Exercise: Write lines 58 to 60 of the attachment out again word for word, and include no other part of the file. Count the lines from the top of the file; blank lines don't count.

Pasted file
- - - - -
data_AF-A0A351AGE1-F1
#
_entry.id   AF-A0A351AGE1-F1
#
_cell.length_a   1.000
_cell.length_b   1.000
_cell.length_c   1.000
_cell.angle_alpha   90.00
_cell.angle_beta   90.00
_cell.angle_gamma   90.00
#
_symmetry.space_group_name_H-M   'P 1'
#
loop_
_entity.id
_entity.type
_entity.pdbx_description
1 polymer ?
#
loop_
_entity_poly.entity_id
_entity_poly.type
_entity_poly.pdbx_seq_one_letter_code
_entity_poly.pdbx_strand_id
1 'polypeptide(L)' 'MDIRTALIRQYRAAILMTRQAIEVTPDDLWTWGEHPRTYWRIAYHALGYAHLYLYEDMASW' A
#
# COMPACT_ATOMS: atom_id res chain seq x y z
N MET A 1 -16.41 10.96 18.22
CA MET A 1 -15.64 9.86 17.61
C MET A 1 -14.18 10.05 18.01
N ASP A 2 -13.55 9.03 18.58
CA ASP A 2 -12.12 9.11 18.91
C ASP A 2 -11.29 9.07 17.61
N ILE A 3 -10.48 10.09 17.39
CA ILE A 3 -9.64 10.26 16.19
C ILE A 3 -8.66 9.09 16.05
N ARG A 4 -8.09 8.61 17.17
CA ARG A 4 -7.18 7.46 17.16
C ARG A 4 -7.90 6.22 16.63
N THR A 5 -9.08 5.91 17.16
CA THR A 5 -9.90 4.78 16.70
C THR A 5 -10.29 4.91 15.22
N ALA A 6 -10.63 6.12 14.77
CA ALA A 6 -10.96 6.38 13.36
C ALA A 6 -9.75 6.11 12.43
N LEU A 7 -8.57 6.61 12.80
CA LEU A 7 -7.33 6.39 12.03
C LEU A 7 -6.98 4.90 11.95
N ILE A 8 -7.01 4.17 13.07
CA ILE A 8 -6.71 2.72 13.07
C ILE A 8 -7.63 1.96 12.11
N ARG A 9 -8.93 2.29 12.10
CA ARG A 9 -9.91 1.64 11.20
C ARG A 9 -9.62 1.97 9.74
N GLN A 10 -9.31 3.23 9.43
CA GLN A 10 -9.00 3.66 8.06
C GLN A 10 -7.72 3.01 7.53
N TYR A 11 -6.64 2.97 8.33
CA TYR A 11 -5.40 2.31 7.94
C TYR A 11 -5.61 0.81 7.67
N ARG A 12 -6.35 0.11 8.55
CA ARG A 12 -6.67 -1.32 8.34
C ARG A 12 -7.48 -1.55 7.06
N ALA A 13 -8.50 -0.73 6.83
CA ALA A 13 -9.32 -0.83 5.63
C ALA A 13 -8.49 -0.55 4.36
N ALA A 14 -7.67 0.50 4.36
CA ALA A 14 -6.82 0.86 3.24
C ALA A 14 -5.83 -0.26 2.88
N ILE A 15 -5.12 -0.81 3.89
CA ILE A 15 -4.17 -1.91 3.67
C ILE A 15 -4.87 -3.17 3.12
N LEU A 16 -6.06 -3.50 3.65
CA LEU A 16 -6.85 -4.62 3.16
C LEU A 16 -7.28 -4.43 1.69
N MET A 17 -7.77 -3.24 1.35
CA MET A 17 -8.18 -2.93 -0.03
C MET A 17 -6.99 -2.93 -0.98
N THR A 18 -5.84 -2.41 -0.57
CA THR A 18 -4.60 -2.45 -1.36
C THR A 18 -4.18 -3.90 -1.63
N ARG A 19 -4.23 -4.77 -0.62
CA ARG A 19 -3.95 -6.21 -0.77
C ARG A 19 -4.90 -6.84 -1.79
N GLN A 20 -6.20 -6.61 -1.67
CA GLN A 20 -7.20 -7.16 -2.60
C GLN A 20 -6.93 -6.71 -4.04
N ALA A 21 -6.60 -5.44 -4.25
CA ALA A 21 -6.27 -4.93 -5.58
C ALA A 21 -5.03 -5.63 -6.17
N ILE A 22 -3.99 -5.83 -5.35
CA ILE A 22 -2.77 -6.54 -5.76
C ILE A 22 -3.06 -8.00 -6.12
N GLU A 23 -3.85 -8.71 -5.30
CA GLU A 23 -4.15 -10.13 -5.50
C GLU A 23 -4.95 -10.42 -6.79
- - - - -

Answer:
N TYR A 11 -6.64 2.97 8.33
CA TYR A 11 -5.40 2.31 7.94
C TYR A 11 -5.61 0.81 7.67